CARB approves extension of clean vehicle rebates

The California Air Resources Board (CARB), the funding agency behind the state's zero-emissions Clean Vehicle Rebate Project (CVRP), has proposed a significant increase in funding for CVRP in 2011-2012. CARB is proposing tripling the funding from last year's level of $5 million to $15 million. Since the Board approved the Draft Funding Plan on July 21st, this level of funding, along with the reduced rebate amounts, is technically official.

While we can't say for certain when 2011-2012 funding will be allocated, we can shed some light on the allocation process. Even though the Draft Funding Plan has been approved, CARB must wait until the state budget is finalized. As a state agency, CARB is not allowed to spend money until California's budget is set. Once approved, CARB will then open up a competitive bidding process to organizations interested in administering the CVRP and, upon evaluation, award the grant to a successful organization.

The per-vehicle rebate amounts will be reduced for 2011-2012. Here's a look at the rebate breakdown:
Like before, CVRP funds are limited and will be handed out first-come, first-served. Last time 'round, CVRP funds ran dry in less than 16 months, but now that the per-vehicle amount has been reduced, this round should last longer. We'll see.

[Source: California Air Resources Board (PDF)]
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Air Board Approves $40 Million in Additional Funding for Clean

Popular program reduces greenhouse gases, smog, diesel emissions

Today the Air Resources Board approved up to $40 million for the
third year of funding to promote the purchase of next-generation
clean cars, trucks and off-road equipment.

Californians will be able to use vouchers or rebates on a
first-come, first-served basis toward the purchase of
zero-emission or plug-in hybrid cars, and zero-emission or hybrid
trucks and buses.

"This money is going to put thousands of ultra-clean vehicles on
our roads within the year," said ARB Chairman Mary D. Nichols.
"That means better air quality sooner, and real progress in
making a dent in our dependence on petroleum."

The Board directed staff to provide the following funding:

• $15 million to $21 million for continued funding of
consumer rebates of up to $2,500 toward the purchase of
zero-emission or plug-in hybrid passenger vehicles;
• $11million to $16 million to continue providing
vouchers for California businesses to buy lower-emitting and
fuel-efficient hybrid and zero-emission trucks and buses; and,
• $2 million to $3 million toward promising locomotive,
truck, and bus technology demonstration projects needed for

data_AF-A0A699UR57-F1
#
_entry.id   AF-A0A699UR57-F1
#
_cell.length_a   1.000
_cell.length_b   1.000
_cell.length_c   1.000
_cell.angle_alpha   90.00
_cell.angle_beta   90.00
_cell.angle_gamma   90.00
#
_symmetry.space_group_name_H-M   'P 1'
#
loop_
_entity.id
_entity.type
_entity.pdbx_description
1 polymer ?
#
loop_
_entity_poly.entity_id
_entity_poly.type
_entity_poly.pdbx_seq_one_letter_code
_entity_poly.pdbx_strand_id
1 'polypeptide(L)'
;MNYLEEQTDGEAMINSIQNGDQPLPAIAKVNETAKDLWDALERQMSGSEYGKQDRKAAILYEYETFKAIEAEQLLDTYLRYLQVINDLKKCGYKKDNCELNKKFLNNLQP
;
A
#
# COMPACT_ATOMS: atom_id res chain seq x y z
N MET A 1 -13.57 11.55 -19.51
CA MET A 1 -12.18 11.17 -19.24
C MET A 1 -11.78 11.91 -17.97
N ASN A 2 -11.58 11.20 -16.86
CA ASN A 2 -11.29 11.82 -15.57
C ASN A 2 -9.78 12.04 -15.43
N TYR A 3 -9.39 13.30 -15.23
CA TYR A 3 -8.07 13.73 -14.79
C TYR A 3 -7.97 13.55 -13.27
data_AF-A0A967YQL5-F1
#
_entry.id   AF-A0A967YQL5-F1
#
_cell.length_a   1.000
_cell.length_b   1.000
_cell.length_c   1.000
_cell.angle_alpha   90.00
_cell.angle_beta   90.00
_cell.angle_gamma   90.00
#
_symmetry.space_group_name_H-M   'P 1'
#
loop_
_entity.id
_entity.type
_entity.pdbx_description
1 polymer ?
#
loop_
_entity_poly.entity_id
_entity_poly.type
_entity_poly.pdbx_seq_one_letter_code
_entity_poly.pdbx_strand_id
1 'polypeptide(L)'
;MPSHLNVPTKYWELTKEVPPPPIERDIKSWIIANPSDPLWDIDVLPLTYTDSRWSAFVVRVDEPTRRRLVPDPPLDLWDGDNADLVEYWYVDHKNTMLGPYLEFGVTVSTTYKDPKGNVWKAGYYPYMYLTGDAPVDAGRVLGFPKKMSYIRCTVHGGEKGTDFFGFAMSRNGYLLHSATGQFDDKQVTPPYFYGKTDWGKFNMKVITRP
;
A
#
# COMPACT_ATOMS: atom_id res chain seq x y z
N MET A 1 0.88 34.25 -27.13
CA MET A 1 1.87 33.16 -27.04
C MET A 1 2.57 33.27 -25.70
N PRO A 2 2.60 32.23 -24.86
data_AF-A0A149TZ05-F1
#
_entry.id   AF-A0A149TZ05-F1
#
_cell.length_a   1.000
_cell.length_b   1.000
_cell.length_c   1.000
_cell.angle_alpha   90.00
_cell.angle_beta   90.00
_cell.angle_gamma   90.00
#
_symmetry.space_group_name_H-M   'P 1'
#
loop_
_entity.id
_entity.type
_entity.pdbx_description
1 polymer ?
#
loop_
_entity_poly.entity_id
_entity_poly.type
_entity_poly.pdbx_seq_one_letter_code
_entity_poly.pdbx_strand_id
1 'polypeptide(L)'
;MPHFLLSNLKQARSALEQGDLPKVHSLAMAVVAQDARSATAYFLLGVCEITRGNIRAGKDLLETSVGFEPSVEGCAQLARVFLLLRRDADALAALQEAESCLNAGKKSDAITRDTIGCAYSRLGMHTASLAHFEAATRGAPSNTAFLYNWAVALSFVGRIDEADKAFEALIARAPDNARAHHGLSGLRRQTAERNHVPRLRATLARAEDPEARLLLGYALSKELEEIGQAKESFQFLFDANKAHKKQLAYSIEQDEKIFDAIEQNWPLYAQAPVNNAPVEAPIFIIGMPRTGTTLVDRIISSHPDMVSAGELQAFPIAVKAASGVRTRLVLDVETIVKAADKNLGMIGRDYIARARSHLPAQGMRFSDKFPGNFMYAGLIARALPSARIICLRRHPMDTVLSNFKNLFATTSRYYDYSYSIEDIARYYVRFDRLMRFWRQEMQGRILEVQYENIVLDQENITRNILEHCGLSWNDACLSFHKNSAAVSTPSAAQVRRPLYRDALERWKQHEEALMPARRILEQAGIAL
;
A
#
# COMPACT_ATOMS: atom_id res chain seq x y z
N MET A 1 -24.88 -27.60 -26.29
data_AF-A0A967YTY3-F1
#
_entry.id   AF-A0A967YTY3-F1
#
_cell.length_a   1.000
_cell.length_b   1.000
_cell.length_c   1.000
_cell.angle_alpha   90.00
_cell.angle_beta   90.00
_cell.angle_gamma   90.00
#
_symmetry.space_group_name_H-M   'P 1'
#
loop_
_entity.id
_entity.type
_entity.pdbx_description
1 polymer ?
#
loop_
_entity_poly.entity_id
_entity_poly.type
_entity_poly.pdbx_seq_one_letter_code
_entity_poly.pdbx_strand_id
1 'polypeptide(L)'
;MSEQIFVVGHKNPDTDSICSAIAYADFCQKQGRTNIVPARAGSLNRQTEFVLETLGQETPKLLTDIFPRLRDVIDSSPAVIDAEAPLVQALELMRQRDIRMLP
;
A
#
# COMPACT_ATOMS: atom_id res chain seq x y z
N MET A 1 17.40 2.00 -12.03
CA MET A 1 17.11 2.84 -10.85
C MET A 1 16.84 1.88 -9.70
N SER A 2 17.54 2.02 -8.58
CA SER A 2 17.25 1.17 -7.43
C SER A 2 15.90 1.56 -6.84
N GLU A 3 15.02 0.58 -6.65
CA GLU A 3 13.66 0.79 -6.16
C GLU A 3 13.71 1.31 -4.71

California to meet its long-term air quality goals.

This is the third year of the Air Quality Improvement Program,
established by AB 118 (2007, Nunez), that invests in critical new
emission-reduction technologies. In its first two years, the
program funded approximately 2,000 zero-emission passenger
vehicles and over 1,000 hybrid and zero-emission trucks and
buses, totaling $58 million. Funding for these programs is
generated from expected revenues from smog abatement, vehicle and
vessel registration fees. Since funding levels are not yet known
exactly, the Board ad range of funding from these sources.

The passenger vehicle rebates and truck and bus vouchers have
proven to be extremely popular with California consumers. A
waitlist has been established for zero-emission or plug-in hybrid
passenger vehicle rebates to ensure that the additional rebates
will be distributed fairly on a first-come, first-served basis in
the fall.

AB 118 funding also provides about $100 million annually to the
California Energy Commission for projects that reduce greenhouse
gas emissions and promote fuel diversity, and up to $30 million
annually to the Bureau of Automotive Repair for voluntary
passenger vehicle scrappage programs. Unless reauthorized, AB
118 and its programs will sunset in 2015.

Smog is known to exacerbate a variety of cardiovascular and
respiratory conditions such as heart disease and asthma, and
diesel particulate matter was listed as toxic in 1998. ARB is
the lead agency for implementing AB 32, the Global Warming
Solutions Act of 2006, and is part of an administration-wide
effort to address climate change and mitigate the most severe
projected impacts of global warming by reducing greenhouse gas
emissions statewide. ARB has worked to reduce diesel emissions
by 85 percent and reduce greenhouse gases to 1990 levels by 2020.

For more information on the program and how to apply for a
voucher or rebate, visit

For information on buying the cleanest, most fuel efficient cars
on the market, visit the DriveClean website at

ARB's mission is to promote and protect public health, welfare,
and ecological resources through effective reduction of air
pollutants while recognizing and considering effects on the
economy. The ARB oversees all air pollution control efforts in
California to attain and maintain health based air quality

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